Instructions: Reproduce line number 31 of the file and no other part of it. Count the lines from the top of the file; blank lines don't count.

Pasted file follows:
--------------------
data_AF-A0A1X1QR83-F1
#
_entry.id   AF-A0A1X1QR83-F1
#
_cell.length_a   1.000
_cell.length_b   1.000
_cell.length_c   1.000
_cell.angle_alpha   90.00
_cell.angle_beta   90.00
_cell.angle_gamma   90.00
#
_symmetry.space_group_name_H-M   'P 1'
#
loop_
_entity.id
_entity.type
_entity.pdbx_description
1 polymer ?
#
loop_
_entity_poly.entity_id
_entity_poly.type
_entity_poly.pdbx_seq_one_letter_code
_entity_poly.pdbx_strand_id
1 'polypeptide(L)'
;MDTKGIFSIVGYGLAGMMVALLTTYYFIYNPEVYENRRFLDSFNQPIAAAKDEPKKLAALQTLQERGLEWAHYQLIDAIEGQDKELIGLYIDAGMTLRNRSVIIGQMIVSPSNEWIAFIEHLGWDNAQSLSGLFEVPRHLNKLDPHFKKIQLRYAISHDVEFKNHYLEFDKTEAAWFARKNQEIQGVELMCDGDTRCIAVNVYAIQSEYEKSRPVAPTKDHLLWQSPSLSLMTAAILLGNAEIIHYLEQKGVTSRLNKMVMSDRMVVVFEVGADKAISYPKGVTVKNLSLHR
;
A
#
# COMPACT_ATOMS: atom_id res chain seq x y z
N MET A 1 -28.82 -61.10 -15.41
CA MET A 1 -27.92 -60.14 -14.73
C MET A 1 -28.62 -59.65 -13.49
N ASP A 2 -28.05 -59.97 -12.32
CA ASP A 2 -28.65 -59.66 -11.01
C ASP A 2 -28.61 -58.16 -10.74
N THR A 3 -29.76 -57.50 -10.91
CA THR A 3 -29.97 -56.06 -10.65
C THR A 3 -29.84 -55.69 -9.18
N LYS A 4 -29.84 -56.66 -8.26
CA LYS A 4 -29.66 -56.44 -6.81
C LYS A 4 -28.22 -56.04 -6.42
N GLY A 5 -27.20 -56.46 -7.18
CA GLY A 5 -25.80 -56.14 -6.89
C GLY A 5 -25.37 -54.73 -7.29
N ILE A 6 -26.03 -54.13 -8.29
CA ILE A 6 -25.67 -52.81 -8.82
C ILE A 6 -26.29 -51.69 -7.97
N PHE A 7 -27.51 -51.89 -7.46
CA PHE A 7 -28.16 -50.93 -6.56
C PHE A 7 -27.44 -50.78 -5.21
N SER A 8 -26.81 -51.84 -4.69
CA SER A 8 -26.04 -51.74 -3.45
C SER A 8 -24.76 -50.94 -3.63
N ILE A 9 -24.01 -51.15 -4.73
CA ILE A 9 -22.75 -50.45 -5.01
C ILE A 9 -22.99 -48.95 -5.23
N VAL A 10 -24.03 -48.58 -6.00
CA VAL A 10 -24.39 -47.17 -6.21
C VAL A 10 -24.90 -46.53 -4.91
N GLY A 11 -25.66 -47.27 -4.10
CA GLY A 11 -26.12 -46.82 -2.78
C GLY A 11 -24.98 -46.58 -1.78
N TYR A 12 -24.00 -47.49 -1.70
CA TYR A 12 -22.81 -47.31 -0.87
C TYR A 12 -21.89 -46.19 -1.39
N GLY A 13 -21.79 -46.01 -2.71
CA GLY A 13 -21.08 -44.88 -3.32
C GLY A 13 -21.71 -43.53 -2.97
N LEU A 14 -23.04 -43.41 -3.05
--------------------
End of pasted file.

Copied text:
N MET A 1 -28.82 -61.10 -15.41